As I sit here less than 24 hours since our PBI BOSTON conference ended, my mind’s filled with things I heard, overheard, learned and concluded. Over the next few days and weeks, I’ll recap the sessions in a more organized way. Expect several Print Tips that will share what we learned from our speakers, a show “recap” document for those of you who missed it, and, if I’m lucky, guest columns submitted by some of our speakers, sponsors and attendees.

For now, I’m dying to tell you what I thought. Remember, I’m a veteran show producer. This was my 8th PBI conference, which qualifies me to judge the merits of the show from a producer’s perspective. And if you don’t know me, know this: I hold the bar way over my own head in just about everything I do. I am a perfectionist and pretty critical of my work. Always have been.

During this one-day PBI BOSTON, I delivered opening comments and closing thoughts, ran the Brainstorming session, introduced all of the speakers, listened to every speaker’s presentation, and in general, tried to experience this show as an attendee as well as a sponsor.

It was a good conference. No, it was a great conference. In addition to the venue and the food (excellent, with terrific service from the Inn at Longwood), the fact that all speakers were “on their game,” my PBI associates rocked (thanks, Phyllis, Marcia, and Matt!), and almost every single registered attendee was actually there, I think this was possibly our best show ever.

Here’s why.

Our sponsors were not just supportive, but enthusiastic. We are blessed with many long-time returning sponsors. Hats off to Xerox, Fujifilm, 48hourprint, Japs-Olson, Sappi Fine Paper, Concord Litho and Vision Integrated Graphics. I’m getting to know individuals from sponsoring firms, which makes a huge difference. Things work better for show producers and for the sponsors when this happens. I’m more sensitive to their needs (hopefully!) and they are to ours. And this year we welcomed new sponsors Shear Color Printing and Villanti Print & Mail. Terrific folks, all of them! I spent time talking to all of our sponsors, and I enjoyed that.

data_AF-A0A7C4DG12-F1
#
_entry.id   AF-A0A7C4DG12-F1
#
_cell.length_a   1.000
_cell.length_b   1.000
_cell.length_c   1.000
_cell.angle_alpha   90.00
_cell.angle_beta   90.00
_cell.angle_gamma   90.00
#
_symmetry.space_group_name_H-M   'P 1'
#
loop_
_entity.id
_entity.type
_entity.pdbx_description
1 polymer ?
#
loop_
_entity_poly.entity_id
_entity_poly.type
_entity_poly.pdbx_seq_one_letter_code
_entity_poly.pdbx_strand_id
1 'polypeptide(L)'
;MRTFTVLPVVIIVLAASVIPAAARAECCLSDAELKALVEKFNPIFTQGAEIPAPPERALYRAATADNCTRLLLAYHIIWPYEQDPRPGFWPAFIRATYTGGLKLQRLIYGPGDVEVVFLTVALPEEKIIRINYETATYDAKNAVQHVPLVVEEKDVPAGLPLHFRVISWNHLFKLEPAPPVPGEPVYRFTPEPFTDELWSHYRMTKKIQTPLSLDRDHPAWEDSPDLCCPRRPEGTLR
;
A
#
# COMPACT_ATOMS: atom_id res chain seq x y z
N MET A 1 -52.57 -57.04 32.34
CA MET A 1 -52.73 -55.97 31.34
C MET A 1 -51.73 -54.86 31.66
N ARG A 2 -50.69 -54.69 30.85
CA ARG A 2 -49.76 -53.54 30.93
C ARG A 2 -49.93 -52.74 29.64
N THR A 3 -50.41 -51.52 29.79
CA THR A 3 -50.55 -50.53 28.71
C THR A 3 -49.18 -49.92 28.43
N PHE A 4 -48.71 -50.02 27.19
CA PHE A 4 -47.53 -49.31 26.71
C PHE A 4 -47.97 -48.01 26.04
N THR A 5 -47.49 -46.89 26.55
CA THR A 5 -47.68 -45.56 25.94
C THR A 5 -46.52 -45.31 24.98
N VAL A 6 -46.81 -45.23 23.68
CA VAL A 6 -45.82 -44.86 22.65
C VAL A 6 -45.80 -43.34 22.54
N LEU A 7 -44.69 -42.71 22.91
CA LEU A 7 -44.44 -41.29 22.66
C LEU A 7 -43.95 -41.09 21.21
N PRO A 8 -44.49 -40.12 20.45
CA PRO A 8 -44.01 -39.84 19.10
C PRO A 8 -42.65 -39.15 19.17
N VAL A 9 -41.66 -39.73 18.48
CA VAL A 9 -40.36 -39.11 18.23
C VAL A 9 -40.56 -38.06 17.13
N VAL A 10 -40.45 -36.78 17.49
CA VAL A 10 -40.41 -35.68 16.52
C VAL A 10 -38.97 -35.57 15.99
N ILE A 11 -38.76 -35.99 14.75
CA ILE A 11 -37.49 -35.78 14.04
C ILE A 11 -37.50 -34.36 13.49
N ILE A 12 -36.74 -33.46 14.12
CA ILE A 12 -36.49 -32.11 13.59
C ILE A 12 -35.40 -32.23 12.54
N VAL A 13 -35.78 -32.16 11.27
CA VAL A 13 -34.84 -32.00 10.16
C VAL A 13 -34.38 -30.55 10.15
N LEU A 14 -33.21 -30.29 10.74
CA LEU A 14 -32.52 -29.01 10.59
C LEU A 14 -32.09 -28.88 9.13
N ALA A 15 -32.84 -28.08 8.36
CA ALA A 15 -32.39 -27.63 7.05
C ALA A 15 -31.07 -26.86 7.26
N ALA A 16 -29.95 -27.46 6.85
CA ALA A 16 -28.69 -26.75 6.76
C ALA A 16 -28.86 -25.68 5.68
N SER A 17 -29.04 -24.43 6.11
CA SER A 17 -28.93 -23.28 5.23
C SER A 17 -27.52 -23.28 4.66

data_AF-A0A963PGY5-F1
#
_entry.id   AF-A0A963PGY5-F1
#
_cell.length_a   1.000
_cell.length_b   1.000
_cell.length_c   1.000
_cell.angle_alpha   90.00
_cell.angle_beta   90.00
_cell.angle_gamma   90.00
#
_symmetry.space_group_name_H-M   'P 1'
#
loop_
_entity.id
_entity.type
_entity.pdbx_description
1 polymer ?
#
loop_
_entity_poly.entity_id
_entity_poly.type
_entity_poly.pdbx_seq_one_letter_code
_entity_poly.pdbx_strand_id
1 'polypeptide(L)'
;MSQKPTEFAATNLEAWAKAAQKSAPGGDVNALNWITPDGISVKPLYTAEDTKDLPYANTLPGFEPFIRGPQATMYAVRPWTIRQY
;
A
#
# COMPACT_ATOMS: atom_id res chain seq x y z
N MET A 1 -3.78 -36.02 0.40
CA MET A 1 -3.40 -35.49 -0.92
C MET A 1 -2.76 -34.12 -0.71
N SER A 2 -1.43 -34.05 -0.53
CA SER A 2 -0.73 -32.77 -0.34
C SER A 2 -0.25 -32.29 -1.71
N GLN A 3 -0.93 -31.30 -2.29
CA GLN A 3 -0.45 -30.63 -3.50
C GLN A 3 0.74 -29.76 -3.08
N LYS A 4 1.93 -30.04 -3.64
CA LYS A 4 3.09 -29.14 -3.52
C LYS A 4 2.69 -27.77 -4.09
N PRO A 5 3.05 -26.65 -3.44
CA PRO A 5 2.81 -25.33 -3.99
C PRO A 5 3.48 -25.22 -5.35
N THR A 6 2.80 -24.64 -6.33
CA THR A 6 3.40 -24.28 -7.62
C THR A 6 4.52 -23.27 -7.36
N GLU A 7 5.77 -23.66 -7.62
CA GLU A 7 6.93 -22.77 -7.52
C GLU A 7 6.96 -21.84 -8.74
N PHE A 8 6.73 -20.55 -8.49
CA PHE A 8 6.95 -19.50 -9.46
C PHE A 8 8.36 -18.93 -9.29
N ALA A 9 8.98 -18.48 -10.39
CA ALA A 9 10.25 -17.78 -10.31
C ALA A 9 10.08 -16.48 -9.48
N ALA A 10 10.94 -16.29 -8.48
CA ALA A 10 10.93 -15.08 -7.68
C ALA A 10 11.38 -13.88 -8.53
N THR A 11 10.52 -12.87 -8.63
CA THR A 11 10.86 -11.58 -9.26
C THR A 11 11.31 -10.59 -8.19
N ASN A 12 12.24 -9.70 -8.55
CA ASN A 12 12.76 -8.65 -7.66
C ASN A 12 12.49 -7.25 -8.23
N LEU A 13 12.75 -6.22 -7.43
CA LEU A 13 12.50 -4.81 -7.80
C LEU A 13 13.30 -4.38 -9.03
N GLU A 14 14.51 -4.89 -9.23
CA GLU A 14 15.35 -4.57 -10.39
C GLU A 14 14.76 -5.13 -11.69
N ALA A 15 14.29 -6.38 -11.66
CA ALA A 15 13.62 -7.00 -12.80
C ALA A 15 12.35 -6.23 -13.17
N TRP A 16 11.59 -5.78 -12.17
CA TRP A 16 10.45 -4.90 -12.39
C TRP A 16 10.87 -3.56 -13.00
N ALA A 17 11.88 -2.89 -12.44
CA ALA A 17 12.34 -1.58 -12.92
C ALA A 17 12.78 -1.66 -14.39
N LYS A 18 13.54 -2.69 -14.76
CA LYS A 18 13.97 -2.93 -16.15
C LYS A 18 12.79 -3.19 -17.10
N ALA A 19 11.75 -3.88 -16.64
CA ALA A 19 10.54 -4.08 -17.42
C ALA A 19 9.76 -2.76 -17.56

Not only were they generous with their support, our sponsors were excited about being a part of our show. The energy that this created literally changed the atmosphere in the room.

Our attendees were a hopeful bunch of pros. We had many repeat attendees but also attracted new folks from the likes of Ghirardelli Chocolate, Boston Beer Company, Overland, Deutsche Bank, Cronin and Company, Emmanuel College, and Grand Circle Travel. I love seeing new people at PBI events!

By a show of hands, over 90% had 10 or more years of experience. This is typical. Only 2, I believe, had less than 1 year (and I’m going to interview them for my “New to Print Buying Research”). Many attendees were creatives, many were marketers, and of course, the rest identified as print buying professionals.

Check this out: I use my Brainstorming session to get the crowd talking, to tease out hot topics, ignite discussions on things that matter most to them. A few times I broached the subject of print buying “in decline” as a career. What I realized from this session was that print buyers are positively still in love with their careers, are forward thinking, are facing the future with their chins up and eyes wide open. They are learning more about business, finance, marketing and new media.

They are very, very busy. They don’t have time to waste. I don’t believe they spend a lot of time on social media for business. They still count on their providers and on their colleagues. More than a few are involved in peer groups. I brought up peer groups because it just occurred to me on the spot – that’s the beauty of Brainstorming. I go with the flow, and this audience of pros inspired and enlightened me.

Is the volume of print down? Of course!! That’s a nonissue; we all accept it. But from my observations at PBI BOSTON, professionals who source or influence the sourcing of print are interested in what’s next in print. What about new applications and advances in digital printing? They’re all ears when it comes to learning about tracking direct mail programs. They want to figure out how and when to use QR codes (and how to design beautiful ones). They’re struggling with the rest of us as we try and grasp supply chain sustainability issues – and what it will mean for our businesses.

There was no hand wringing, no whining, no mean spiritedness, and no blaming the print industry. The audience was there to learn from one another and from our speakers. They were happy to meet and mingle with our 9 super sponsors.

Much more socializing took place than at previous shows. I will be surprised if attendee and sponsor feedback doesn’t corroborate this.

An engaged, educated audience. Enthusiastic sponsors. Rock star speakers. Leaving a print buying conference on such a high note? Priceless.

© 2012 Margie Dana. All rights reserved. You’re free to forward this email. However, no part of this column may be reprinted without permission from the author.

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Printers Are Your Allies When Job Hunting

There may come a time when you, a print production professional, are looking for a new job. Don’t overlook your printers, and by this I really mean the small group to whom you’ve been loyal and with whom you’re working regularly. It’s one more reason why corporate and agency production pros should work toward a business partnership